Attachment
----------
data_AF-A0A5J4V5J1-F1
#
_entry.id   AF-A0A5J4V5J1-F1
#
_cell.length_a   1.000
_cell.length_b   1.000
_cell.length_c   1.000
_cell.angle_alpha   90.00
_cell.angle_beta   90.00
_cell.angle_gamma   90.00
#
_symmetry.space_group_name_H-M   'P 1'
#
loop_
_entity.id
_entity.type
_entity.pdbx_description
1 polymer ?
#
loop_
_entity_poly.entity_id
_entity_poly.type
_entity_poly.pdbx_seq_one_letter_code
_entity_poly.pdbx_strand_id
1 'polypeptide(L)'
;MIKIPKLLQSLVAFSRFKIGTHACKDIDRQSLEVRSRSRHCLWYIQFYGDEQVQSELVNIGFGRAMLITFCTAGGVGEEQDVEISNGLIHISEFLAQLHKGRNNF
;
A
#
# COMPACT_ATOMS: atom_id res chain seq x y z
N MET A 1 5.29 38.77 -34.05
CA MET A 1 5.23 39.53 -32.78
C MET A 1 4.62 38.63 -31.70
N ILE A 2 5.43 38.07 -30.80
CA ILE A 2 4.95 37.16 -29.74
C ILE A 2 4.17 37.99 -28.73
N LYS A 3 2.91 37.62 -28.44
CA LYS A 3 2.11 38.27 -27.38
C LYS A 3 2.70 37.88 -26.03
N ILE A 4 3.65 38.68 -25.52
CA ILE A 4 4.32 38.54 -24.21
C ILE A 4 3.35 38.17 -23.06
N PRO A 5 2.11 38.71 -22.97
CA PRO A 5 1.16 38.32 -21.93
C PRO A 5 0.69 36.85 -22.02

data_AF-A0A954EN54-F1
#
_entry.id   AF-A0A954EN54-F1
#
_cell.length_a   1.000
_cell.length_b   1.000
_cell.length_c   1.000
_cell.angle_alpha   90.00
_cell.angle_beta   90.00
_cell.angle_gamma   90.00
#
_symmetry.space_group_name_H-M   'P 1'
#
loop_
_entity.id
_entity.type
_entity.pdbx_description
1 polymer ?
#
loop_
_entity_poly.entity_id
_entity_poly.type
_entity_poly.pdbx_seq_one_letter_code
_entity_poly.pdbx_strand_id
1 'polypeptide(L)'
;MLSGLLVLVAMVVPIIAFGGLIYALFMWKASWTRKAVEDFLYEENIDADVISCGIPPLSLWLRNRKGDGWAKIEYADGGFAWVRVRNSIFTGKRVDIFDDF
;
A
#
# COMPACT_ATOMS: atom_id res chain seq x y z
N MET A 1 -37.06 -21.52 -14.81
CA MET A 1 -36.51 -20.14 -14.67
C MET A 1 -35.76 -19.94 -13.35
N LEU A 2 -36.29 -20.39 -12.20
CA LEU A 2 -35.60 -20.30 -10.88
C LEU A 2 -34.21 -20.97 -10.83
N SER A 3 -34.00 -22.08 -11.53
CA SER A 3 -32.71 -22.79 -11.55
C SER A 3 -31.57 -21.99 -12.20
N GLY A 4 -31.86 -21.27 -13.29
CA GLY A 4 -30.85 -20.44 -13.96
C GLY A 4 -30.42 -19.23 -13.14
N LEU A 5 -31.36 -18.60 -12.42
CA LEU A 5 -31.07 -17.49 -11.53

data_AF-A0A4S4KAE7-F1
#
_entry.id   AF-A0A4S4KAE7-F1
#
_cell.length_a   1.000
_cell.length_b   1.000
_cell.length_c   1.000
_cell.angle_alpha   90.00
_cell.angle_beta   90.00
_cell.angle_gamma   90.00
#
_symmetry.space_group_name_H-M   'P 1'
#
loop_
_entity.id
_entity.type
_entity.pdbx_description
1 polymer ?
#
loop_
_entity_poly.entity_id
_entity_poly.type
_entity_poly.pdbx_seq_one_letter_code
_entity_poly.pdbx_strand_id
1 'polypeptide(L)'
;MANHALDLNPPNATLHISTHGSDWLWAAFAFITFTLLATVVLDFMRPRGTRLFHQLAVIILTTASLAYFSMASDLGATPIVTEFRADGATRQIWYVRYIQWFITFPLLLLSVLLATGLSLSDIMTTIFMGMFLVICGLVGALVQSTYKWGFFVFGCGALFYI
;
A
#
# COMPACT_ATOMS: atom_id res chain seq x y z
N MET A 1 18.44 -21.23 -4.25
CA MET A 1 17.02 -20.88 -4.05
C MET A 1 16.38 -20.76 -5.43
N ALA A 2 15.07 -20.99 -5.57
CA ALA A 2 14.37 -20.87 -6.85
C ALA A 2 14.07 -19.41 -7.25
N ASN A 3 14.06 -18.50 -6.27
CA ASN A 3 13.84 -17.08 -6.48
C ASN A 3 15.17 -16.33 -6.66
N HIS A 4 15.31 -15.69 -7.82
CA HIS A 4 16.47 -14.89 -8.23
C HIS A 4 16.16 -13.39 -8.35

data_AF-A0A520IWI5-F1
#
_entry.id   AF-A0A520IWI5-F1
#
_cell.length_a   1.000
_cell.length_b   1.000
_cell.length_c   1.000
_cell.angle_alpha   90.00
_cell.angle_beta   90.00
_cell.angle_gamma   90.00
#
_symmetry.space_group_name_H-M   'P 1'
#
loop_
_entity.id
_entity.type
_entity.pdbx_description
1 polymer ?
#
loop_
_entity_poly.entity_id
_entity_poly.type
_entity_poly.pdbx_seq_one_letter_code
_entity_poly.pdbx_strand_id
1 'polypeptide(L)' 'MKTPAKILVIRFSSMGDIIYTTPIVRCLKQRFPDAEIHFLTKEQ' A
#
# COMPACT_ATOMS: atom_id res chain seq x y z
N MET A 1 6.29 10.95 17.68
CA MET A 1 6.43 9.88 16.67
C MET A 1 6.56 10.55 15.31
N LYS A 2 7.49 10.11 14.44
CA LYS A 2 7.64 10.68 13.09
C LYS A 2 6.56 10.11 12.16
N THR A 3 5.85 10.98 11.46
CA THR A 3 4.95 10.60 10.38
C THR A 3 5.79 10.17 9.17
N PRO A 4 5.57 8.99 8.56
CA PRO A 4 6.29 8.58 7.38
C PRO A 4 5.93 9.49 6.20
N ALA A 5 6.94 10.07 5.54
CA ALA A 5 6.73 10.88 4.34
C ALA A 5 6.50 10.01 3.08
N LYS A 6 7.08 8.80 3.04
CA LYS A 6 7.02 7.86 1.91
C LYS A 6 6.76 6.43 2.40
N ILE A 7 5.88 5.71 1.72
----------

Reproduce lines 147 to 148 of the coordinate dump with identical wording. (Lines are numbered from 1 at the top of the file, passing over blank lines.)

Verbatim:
_entity.type
_entity.pdbx_description